But make sure to get off Aruba's beaten track. The famous trade winds shape one of the most famous symbols of Aruba: the divi divi tree, bent into fantastical, bonsai shapes.

The arid landscape is also dotted with cactus and aloe vera plants; a tour in Arikok National Park, which covers nearly 1/5th of the island, is a great way to see this unusual Caribbean landscape, as well as caves and archeological remains of original inhabitants, and the dramatic rocky eastern coast of the island.

Photo Credit

Don't miss San/Sint Nicolaas, and up-and-coming 'second city' for all that is young, hip and artistic in Aruba. Public murals painted by artists from around the world, an early fall art festival, and trendy hipster bar and restaurant scene make it worth your while to explore farther afield from the capital.

BONAIRE

The smallest of the ABC Islands, Bonaire is essentially a coral reef pushed out of the sea and surrounded by one of the world's most celebrated coral reef systems. The reefs start from the very shoreline and have made Bonaire a bucket list destination for divers who considered it one of, if not the very best shore diving destinations in the world.

Photo Credit

Bonaire has led the Caribbean in nature conservation and eco-tourism. The entire coastline, from the high-water mark on land to a depth of 200 feet offshore, was designated a marine sanctuary in 1979. It protects the 350 species of fish, 60 species of coral and 4 species of sea turtle in its reefs.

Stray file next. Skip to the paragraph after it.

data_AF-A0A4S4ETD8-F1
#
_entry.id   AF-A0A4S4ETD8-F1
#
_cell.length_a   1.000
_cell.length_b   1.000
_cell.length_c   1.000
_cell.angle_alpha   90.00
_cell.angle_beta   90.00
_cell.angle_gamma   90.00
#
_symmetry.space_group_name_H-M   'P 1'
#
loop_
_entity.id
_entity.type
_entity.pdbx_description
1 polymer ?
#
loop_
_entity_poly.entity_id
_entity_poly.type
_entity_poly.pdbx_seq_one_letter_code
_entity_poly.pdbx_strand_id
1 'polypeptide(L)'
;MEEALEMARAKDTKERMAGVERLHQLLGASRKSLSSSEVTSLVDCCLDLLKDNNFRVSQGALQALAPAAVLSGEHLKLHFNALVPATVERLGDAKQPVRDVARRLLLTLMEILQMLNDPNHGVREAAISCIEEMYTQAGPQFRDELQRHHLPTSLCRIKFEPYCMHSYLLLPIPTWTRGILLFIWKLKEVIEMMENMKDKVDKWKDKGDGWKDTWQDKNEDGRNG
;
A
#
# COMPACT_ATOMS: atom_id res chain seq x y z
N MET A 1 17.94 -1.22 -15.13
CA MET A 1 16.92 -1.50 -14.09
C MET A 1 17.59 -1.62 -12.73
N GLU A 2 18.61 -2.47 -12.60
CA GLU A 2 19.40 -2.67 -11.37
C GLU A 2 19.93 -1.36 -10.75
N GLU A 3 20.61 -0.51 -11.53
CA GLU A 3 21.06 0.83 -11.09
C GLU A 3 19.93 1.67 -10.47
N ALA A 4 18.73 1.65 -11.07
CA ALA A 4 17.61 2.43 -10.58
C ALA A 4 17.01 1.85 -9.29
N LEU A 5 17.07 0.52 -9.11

Bonaire's shoreline is dotted with lagoons and inlets that are home to marine birds including one of only four nesting grounds of Caribbean flamingos. Outside of that highly protected area, mangrove forests are popular kayaking and snorkeling destinations for hotel guests and passengers in port from cruise ships.

Photo Credit

Nearby Lac Bay on the windward side of the island is on the map of the world's top wind surfers. With reef protecting the entrance to the bay and consistent trade winds, it's one of the stops of the PWA Windsurfing Freestyle World Cup. In fact, the island's most famous export might be its windsurfers; half of the world's highest-ranked freestyle windsurfers are from Bonaire. So if you have been meaning to take up the sport, this is the place to find both ideal conditions and expert instruction.

In the southern part of the island, Bonaire's unique topography has salt water flowing over low lands, enabling the island to commercially produce salt by evaporating seawater. One of the more unique – and delicious - souvenirs you can find in the Caribbean.

CURACAO

Larger than Aruba or Bonaire, Curacao is also a more commercial center with financial and oil-refining business. It's a popular cruise port and has direct flights from cities on the Eastern seaboard as well as Miami and the Netherlands.

Photo Credit

The capital Willemstad dates from the first half of the 1600's. Its collection of well-preserved Dutch colonial architecture, cotton-candy and lacy versions of design typical of Netherlands in the 17th century, is the best example of the style in the Dutch Caribbean and has earned UNESCO World Heritage status.

Photo Credit

In addition to the marvelous pastel-perfect streetscape, the Dutch built forts in the 1600's to protect themselves in the age of piracy and European marine warfare. Six can still be seen today; preserved historic sites, or transformed into hotels, casinos, and even plazas.